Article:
- Amazon broke ground this week on its $1.5 billion Amazon Air hub at the Cincinnati/Northern Kentucky International Airport (CVG) in Hebron, Kentucky.
- The hub will include its own ramp tower, onsite facilities for sortation and eventually space for up to 100 aircraft. The company said that the new facility will help it to deliver its Prime service commitment of "fast, free shipping for customers" and create 2,000 jobs. The retail giant expects construction to be complete and the new hub to be operational in 2021.
- Amazon's investment in the state totals $8 billion since 1999 and the CVG project will add to the company's 14 fulfillment and sortation centers, one customer service center and two Whole Foods Market stores there.
In April, the Cincinnati Business Courier reported that Amazon had selected the joint venture of Whiting-Turner Contracting Co. and Kokosing Construction Co. to act as general contractor for the project. Sarah Rhoads, the director of Amazon Air, confirmed that to the Portland Business Journal.
Additionally, Woolpert is providing planning, civil engineering and surveying, while AECOM is providing design services.
As more consumers buy items online from Amazon, the company is increasing its shipping capability, and that usually means new construction projects.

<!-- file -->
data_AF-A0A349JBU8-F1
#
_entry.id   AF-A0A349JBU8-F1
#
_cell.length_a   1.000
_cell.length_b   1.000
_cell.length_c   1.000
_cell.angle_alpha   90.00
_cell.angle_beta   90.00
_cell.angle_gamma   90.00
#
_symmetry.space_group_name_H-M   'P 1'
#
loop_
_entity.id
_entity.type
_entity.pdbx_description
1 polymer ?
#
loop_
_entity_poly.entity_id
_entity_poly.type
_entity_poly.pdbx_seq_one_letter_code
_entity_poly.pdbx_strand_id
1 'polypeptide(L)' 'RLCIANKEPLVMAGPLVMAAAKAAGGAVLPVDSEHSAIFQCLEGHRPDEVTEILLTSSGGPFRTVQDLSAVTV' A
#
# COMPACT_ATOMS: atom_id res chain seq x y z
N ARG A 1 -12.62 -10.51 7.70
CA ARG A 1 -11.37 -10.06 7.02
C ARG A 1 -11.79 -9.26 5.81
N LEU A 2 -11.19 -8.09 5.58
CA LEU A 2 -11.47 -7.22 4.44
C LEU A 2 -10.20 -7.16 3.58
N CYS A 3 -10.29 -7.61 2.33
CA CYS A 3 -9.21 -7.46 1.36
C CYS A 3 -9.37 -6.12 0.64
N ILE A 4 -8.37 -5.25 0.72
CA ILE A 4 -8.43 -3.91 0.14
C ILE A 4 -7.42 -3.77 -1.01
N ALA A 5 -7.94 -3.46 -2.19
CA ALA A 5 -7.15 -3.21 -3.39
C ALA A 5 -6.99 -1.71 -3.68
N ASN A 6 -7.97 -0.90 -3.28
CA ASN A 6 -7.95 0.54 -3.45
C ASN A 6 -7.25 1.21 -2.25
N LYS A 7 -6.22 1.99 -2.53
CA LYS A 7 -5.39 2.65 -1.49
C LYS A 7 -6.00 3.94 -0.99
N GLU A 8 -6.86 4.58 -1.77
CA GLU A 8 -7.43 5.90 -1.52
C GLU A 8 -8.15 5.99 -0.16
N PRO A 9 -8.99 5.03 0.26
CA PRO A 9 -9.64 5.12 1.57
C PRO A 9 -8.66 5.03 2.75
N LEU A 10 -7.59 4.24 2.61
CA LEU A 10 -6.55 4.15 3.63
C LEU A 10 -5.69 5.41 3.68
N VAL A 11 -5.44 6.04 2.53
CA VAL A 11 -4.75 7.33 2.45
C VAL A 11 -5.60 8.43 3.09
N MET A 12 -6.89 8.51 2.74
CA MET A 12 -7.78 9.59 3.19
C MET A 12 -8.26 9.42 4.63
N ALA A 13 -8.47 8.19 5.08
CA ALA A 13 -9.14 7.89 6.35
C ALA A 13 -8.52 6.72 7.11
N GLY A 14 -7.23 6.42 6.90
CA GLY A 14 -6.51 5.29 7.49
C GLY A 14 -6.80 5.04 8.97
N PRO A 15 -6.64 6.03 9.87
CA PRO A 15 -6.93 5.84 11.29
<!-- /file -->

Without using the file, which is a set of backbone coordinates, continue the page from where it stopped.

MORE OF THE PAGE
Late last year, for instance, Amazon announced that it had already started construction on a regional hub at Alliance Airport in Fort Worth, Texas. Amazon will reportedly begin flights out of that facility sometime this year. Both the CVG and Fort Worth hubs will help the company meet its goal of reduced reliance on carriers like UPS, the U.S. Postal Service and FedEx.
Amazon's growth also means expansion in areas unrelated to shipping. After a year-long search for the future location of its $5 billion second North American headquarters, Amazon selected two metros in which to split its investment and estimated 50,000 new positions — New York City and Arlington, Virginia, just outside of Washington, D.C.
Demolition and construction at the Virginia site are already underway in order to make room for the commercial, infrastructure and residential projects that will support an estimated 25,000 new employees. However, the New York City piece of the expansion was scuttled after pushback from local activists and politicians who were critical of the financial incentives being offered to cash-rich Amazon and how the company's move to Long Island City, New York, could affect the quality of life for existing residents.